In honor of Migration, Bonobo's sixth LP, I decided to take a trip down memory lane and work my way through all his records. While a few still get consistent play and didn't necessarily need working through, for continuity's sake I did it anyway. What I came to find was something that I've never given thought to; I've always praised his ability to evolve and expand. No two albums are the same and yet they are still very much Bonobo, but in listening to everything in order I noticed how remarkably consistent he is in terms of quality. It's incredible really, that in his 17 year run (he began with 2000's Animal Magic), he has yet to miss. That's not just my opinion, it's the worlds. I fight for the USER!
His second album, Dial 'M' for Monkey, is what really hooked me. The noir-ish vibe built such a warm atmosphere, the subtle horns, steady bass lines, unique percussions, all of it lands. I was in, I wanted more, which is exactly what I would get over the next decade plus. While I said he hasn't had any misses, I do have my favorites, which brings me to 2006's Days To Come and 2010's Black Sands. Days To Come was his first record to feature vocals, most of which were provided by Bajka (check out her latest here), who adds to the jazz/soul atmosphere beautifully, giving the record a warmer Portishead vibe. It's hard speaking about an artist that you love but have never mentioned on the site. I want you to listen to everything, enjoy EVERYTHING! But alas, I need to temper my reviews so that you don't get overwhelmed. Just know that this record is still my favorite of his, though the followup is a close second.
Right when Black Sands starts you can tell it's different. This record featured his biggest leap in terms of direction. Once again the majority of the record is instrumental, though Andreya Triana, whose 2015 sophomore record Giants is REALLY good, lends her talents to a few tracks. This leads me to one of my favorite things about Bonobo as a whole. While many producers lean away from the solo work and start getting vocalists to feature all over the record, he does not. Instead he makes his sounds the primary focus, inserting the vocals sparingly, when they fit, which in this case makes them work to greater effect. He's had a few excellent releases since this, and I could quite literally cite every album and say "Listen to THIS" but I know you get the point, and if this is up your alley, you don't need me to tell you to explore because by this point you've stopped reading and started doing it anyway.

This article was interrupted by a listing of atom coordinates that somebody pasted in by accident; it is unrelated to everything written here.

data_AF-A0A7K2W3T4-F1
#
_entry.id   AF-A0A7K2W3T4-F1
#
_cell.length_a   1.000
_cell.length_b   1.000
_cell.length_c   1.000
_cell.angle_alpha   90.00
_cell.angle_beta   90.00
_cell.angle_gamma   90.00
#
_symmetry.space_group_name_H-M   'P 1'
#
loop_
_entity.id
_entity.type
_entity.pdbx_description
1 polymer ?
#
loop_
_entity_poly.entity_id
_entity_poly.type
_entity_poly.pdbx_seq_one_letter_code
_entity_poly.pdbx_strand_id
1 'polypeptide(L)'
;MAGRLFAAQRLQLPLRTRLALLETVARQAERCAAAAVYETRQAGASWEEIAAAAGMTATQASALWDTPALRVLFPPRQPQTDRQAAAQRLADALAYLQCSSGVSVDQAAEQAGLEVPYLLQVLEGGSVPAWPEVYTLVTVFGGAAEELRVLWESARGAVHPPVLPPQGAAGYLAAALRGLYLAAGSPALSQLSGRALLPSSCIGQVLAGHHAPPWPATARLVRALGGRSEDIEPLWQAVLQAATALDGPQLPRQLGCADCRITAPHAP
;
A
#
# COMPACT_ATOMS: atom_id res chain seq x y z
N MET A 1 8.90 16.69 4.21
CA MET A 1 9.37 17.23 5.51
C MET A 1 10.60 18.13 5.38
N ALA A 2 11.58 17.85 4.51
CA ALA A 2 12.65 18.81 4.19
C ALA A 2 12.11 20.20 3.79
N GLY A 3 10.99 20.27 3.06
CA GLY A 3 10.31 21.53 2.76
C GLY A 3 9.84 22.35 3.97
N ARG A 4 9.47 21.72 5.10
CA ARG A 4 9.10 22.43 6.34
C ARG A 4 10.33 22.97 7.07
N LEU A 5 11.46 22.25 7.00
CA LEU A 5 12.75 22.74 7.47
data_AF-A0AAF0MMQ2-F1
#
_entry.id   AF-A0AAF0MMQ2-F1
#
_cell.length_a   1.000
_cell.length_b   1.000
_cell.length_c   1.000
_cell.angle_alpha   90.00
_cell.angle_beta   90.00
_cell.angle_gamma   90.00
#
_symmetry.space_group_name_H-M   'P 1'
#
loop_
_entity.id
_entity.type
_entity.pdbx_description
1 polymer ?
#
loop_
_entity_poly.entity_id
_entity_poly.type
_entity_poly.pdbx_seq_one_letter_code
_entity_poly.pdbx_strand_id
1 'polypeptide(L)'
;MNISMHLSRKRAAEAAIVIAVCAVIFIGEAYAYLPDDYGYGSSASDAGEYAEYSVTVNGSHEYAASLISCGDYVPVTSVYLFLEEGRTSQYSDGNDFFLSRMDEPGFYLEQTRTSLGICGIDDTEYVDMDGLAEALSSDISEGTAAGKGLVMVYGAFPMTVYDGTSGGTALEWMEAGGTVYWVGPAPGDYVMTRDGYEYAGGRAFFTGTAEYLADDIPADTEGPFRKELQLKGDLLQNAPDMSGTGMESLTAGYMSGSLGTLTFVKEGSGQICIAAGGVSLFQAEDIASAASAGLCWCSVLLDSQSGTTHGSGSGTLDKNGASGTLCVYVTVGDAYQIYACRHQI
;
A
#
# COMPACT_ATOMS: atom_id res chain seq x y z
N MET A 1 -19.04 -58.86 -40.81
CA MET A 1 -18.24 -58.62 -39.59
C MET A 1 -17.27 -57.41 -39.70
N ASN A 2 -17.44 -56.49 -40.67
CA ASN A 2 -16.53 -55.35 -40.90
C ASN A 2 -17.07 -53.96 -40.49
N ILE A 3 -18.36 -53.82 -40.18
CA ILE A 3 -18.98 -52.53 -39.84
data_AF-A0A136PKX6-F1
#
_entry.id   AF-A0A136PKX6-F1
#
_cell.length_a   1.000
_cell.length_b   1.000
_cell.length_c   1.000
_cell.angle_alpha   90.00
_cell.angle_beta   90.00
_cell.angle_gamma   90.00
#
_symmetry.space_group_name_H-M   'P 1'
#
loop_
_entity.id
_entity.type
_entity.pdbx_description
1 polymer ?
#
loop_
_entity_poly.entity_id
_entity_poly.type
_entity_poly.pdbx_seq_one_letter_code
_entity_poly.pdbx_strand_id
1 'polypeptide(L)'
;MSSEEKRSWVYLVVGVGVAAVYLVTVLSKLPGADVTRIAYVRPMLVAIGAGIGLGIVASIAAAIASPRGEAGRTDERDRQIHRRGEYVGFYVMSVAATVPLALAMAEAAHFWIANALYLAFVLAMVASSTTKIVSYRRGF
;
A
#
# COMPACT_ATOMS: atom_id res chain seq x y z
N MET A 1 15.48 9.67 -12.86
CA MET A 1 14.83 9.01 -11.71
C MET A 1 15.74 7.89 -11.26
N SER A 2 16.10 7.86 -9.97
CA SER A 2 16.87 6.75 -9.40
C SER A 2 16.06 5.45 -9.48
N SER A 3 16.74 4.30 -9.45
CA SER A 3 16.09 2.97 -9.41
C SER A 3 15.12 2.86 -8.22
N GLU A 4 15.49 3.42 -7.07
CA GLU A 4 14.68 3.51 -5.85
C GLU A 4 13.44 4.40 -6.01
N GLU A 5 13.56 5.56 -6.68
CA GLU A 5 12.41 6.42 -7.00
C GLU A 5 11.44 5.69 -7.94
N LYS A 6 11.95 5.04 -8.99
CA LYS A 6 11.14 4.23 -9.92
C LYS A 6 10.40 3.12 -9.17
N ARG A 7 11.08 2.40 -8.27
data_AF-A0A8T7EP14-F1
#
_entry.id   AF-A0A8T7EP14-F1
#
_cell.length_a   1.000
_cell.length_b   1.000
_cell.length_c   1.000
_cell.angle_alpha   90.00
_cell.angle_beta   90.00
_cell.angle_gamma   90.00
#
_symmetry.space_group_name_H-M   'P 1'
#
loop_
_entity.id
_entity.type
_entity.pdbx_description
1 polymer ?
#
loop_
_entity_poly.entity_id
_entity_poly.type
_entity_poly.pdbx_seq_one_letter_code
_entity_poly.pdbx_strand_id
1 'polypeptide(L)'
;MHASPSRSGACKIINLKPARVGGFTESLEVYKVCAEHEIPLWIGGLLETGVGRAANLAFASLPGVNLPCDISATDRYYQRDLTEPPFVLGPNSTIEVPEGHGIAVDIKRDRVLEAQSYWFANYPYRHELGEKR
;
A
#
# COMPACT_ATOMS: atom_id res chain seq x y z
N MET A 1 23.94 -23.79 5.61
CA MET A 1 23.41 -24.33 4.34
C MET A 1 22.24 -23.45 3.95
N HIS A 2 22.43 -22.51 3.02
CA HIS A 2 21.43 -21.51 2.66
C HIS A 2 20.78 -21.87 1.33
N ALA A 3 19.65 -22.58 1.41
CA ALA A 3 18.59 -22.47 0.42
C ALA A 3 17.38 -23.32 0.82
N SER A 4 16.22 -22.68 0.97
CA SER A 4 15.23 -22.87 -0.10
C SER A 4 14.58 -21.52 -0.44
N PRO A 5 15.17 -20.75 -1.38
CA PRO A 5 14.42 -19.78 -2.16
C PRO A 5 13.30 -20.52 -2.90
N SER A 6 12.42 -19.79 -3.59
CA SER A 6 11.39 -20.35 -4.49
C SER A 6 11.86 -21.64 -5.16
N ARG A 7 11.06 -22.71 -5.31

Before I let you go, we do need to talk about his latest, Migration, as it is the subject of this post. It's once again spectacular. It's actually rare that I'm stuck with so much music to enjoy all released within a month of each other. Run The Jewels, Bjéar, The xx, and this. Four spectacular records that all provide me with something different. It's a blessing for my ears and a curse for the time constraints of life. Once again Bonobo employs a small batch of vocalists for the handful of songs that require it, Rhye and Nick Murphy (Chet Faker) among them, though it's still Bonobo himself that provides the beauty, and the reason I will continue to return. Tracks like "Grain" and "Figures" have already made their way into my nightly routine, although generally I just play the album as a whole. The flow of Migration, like all his other outputs, is perfect; he operates with complete confidence and it shows in the records structure. Overall it feels like a combination of Black Sands and 2013's The North Borders, providing a strong dream-like element, a different mood then the jazz laden sounds of Days to Come.
Throughout his career Bonobo has incorporated so many different sounds that I'd almost stamp him with the 'world music' genre (similarly to Thievery Corporation). I really feel that at this point he's operating in his own realm. Each album sends you into a dream like tail spin. It's the night drive where you're passing through the bright lights of the city but it's all a blur as your mind's focus is completely internal. You're basically asking for that moment when you get to your destination and then realize you can't remember how you got there. It captures and controls you in the best way. Thankfully for us, his output of music has been as consistent as the music itself, and I hope that continues for years to come. Enjoy.